Wednesday, February 8, 2017

My Thoughts On The Yankees "Big" Offseason Moves

More often than not I like to share my opinion of news that comes out about our New York Yankees. However, thanks to life getting in the way, I haven't said much of anything lately.

So I decided to give some quick thoughts regarding the bigger transactions the Yankees have performed this offseason.

And since you have probably already skipped past this introduction to get to the bolded part, let's get it going.

And let's tip our caps to Mr. McCann.

11/17/2016 Traded C Brian McCann and cash to Houston for RHPs Albert Abreu and Jorge Guzman.

Two years and $34 million, along with a vesting option for a third year at $15 million. The trade really comes down to all that money. But let's take a look at other reasons...

1. Gary Sanchez is the starting catcher for 2017, and hopefully for many years after that. I don't need to tell you why, either. 

2. While the designated hitter position seemed to be McCann's for the taking,  I can't help but look at his batting numbers for the last five years and wonder... can't the Yankees do better?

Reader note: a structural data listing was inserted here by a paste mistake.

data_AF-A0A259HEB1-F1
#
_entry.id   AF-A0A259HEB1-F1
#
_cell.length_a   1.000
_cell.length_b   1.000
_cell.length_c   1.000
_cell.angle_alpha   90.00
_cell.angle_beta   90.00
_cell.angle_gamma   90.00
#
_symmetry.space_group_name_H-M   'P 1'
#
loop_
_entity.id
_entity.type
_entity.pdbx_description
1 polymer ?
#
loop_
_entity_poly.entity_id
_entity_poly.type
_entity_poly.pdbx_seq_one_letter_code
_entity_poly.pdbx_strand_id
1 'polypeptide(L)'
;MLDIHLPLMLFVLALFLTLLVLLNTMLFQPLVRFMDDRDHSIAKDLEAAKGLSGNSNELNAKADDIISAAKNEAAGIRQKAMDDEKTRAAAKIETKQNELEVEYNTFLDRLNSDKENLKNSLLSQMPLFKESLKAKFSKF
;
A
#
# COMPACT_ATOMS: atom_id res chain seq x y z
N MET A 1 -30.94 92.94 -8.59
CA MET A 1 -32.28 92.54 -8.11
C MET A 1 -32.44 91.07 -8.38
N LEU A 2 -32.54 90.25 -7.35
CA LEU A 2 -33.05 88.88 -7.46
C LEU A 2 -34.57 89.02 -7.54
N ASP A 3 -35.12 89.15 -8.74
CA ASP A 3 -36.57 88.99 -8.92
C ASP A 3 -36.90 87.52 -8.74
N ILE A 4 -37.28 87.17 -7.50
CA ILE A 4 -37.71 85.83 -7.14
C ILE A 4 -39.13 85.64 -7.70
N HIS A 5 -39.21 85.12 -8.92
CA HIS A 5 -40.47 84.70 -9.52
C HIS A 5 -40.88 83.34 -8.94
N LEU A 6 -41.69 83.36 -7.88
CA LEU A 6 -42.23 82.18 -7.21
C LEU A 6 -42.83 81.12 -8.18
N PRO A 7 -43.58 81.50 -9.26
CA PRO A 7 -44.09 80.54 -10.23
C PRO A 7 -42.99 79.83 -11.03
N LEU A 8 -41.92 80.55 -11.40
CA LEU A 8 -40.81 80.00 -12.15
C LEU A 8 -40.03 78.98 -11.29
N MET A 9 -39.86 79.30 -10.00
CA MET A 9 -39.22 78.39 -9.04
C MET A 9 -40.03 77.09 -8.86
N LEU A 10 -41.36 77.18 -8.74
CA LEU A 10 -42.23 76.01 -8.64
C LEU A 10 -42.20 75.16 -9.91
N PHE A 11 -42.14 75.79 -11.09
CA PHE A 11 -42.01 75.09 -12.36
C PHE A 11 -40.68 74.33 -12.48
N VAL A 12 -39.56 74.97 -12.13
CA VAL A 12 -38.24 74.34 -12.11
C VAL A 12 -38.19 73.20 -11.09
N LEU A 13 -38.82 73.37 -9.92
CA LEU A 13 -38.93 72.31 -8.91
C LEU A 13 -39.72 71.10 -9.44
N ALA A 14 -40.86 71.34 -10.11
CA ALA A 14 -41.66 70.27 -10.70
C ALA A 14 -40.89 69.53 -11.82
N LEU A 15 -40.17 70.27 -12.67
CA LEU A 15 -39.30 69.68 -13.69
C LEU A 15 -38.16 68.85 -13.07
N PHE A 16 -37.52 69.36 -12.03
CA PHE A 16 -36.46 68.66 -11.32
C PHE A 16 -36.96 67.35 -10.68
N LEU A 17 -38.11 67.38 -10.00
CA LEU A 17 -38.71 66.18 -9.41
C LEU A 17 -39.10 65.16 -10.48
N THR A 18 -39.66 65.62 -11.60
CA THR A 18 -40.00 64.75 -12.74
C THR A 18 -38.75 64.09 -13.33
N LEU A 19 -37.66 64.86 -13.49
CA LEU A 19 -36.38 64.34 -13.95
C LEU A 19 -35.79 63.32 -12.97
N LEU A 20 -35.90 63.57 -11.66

Maybe I'm alone in this, but a person with a batting line of .238/.314/.421 while averaging 22 home runs is nothing special. Especially for a designated hitter. In fact, last season, out of the players with at least 450 at bats as the DH, Brian's wOBA of .326 would have ranked 15th. Yeah, striving for better than that, especially at $17 million a season, makes perfect sense.

By the way, I like Brian McCann. He's a great guy. But in the immortal words of Triple H, you gotta do what's "best for business".

Best of luck coming back, Nathan.

11/19/2016 Released UTL Dustin Ackley. Designated RHPs Nathan Eovaldi (released on 11/28) for assignment.

Dustin Ackley is a pretty versatile player. During his career he's played over 2500 innings at second base and over 1500 innings in left field. Plus he's had a significant amount of playing time in center field (to be honest, it's not much lately, but he could probably handle CF if it was needed), and last season played primarily at first base.